Weight Watchers - Up To Their Old Tricks
In 2018, Weight Watchers changed its name to “WW” added the tagline “wellness that works” and started using language about “health” and “wellness” and “beyond the scale.” Per a Fast Company article this happened because “In this new era of body image acceptance and feel-good wellness communities, Weight Watchers learned that the term “diet” was rife with negative connotations.”
Another way to put this is that weight-neutral health and fat acceptance advocates had made tremendous headway in pointing out that, even according to Weight Watchers’ own research, their program almost never creates significant long-term weight loss. Thus, this seemed to be a fairly transparent attempt to co-opt the work of weight-neutral advocates and fat acceptance activists in order to keep selling a program that almost never works.
The thing that they seem to have going for them is an uncanny ability to convince their clients (and everyone else) to credit Weight Watchers for short-term weight loss (the first part of the biological response to restriction) and then get their clients (and everyone else) to blame themselves for the weight regain that almost everyone experiences (the second part of the biological response to restriction.) In this way, they convince people to keep coming back for multiple rounds, which forms the nucleus of their repeat business model.
According to an article by Traci Mann called “Oprah’s Investment in Weight Watchers Was Smart Because the Program Doesn’t Work”:
“[Weight Watchers] brags about this to its shareholders. According to Weight Watchers’ business plan from 2001 (which I viewed in hard-copy form at a library), its members have “demonstrated a consistent pattern of repeat enrollment over a number of years,” signing up for an average of four separate program cycles. And in an interview for the documentary The Men Who Made Us Thin, former CFO Richard Samber explained that the reason the business was successful was because the majority of customers regained the weight they lost, or as he put it: “That’s where your business comes from.”
Their rebrand to wellness builds on this scam. Which brings us to the postcard I received in the mail recently.
Image Description: A postcard with a gray background
Text: At the top left is the WW logo next to the words WeightWatchers
If you want to lose weight, we’re ready for you
Get your special offer at [redacted]
· Proven nutritional science
· A supportive community
· Build healthy habits for life
· Weight loss that lasts
A smiling woman in a blue long-sleeve crop top and beige drawstring pants carrying a canvas bag with a scarf in her hair smiles with an open mouth. Beside her it says “New Member Naomi M -68 lb*” The * says “People following the WW program can expect to lose 1 to 2 pounds per week.
Here we see their old and new tricks on display:
Showing someone with a relatively large amount of weight loss with an asterisk that goes to a disclaimer.
The disclaimer is completely unclear. It makes it sounds like the average Weight Watchers participant will have the same results as the model within 34-68 weeks, but the research absolutely does NOT support that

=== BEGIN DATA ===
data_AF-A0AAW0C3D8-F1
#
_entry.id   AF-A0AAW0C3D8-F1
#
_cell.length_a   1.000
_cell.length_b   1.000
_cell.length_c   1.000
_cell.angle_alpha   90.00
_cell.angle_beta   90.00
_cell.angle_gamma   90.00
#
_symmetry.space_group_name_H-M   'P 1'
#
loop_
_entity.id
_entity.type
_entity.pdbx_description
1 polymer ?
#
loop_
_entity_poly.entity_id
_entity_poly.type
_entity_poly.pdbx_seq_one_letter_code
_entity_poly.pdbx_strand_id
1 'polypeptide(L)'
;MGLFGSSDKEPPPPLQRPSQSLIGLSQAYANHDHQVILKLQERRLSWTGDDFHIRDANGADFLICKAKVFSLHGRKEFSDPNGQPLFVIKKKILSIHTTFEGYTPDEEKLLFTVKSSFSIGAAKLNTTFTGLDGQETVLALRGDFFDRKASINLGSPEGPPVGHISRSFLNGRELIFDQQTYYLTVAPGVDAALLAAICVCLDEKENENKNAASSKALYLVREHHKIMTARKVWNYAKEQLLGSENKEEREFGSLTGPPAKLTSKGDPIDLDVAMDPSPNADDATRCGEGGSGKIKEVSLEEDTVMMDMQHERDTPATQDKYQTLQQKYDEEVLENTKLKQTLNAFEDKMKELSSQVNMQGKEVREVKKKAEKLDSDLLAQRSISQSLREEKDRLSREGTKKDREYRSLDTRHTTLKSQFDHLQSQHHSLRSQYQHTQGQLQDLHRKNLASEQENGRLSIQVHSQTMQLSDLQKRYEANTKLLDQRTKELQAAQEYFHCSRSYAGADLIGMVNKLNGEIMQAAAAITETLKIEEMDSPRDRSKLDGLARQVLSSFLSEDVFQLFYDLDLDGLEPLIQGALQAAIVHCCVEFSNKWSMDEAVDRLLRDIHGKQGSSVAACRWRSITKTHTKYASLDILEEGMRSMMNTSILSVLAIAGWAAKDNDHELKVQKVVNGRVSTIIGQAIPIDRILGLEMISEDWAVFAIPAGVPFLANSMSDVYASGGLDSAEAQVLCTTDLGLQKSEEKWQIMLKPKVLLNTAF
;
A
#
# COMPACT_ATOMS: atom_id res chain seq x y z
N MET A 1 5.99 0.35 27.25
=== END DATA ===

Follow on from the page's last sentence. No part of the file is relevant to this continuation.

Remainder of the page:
They claim “weight loss that lasts” even though their own research (and a century of data) say that it is a straight-up lie
They market publicly about “health” and “wellness” to avoid the negative connotations of diets, but when it comes time to really sell, they bring out the weight loss talk:
It says “Weight Watchers” right there at the top (even though they “officially changed their name” to WW)
The model has their weight loss listed, but absolutely no information about their health
“If you want to lose weight” is at the top, in the largest font
“Build healthy habits for life” only rates as a small font third bullet
Weight Watchers, or WW, whatever they call themselves, they are not about health. They’ve never been about health, because they’ve been very clear that their profit model is built on weight cycling which is independently linked to harm. If they actually cared about people’s health, they would have either moved to a weight-neutral model or, preferably (at least to me,) just shut the whole mess down.
I’d bet all the money in my pockets that this whole switch to marketing about “health” is about finding a way to co-opt the work of weight-neutral advocates and fat liberation activists, gloss over Weight Watchers’ utter failure at creating long-term weight loss, and trying to get people to stay on their program even though they are gaining the weight back, all while continuing to convince their customers to blame themselves for having the outcome that about 95% of people have.
Essentially, Weight Watchers is a highly profitable scam. The fact that they have wheedled their way into corporate wellness programs and health insurance is proof of the utter failure of corporate wellness programs and insurance companies to properly vet Weight Watchers and/or proof that they are actively putting profits above people. Either way, it’s inexcusable. As for Weight Watchers, the only thing most of the clients lose is their money.
In part two of this two-part series, we’ll do a deep dive into the research that Weight Watchers claims shows their long-term efficacy.
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For a full bank of research, check out https://haeshealthsheets.com/resources/
*Note on language: I use “fat” as a neutral descriptor as used by the fat activist community, I use “ob*se” and “overw*ight” to acknowledge that these are terms that were created to medicalize and pathologize fat bodies, with roots in racism and specifically anti-Blackness. Please read Sabrina Strings: Fearing the Black Body – the Racial Origins of Fat Phobia and Da’Shaun Harrison: Belly of the Beast: The Politics of Anti-Fatness as Anti-Blackness for more on this.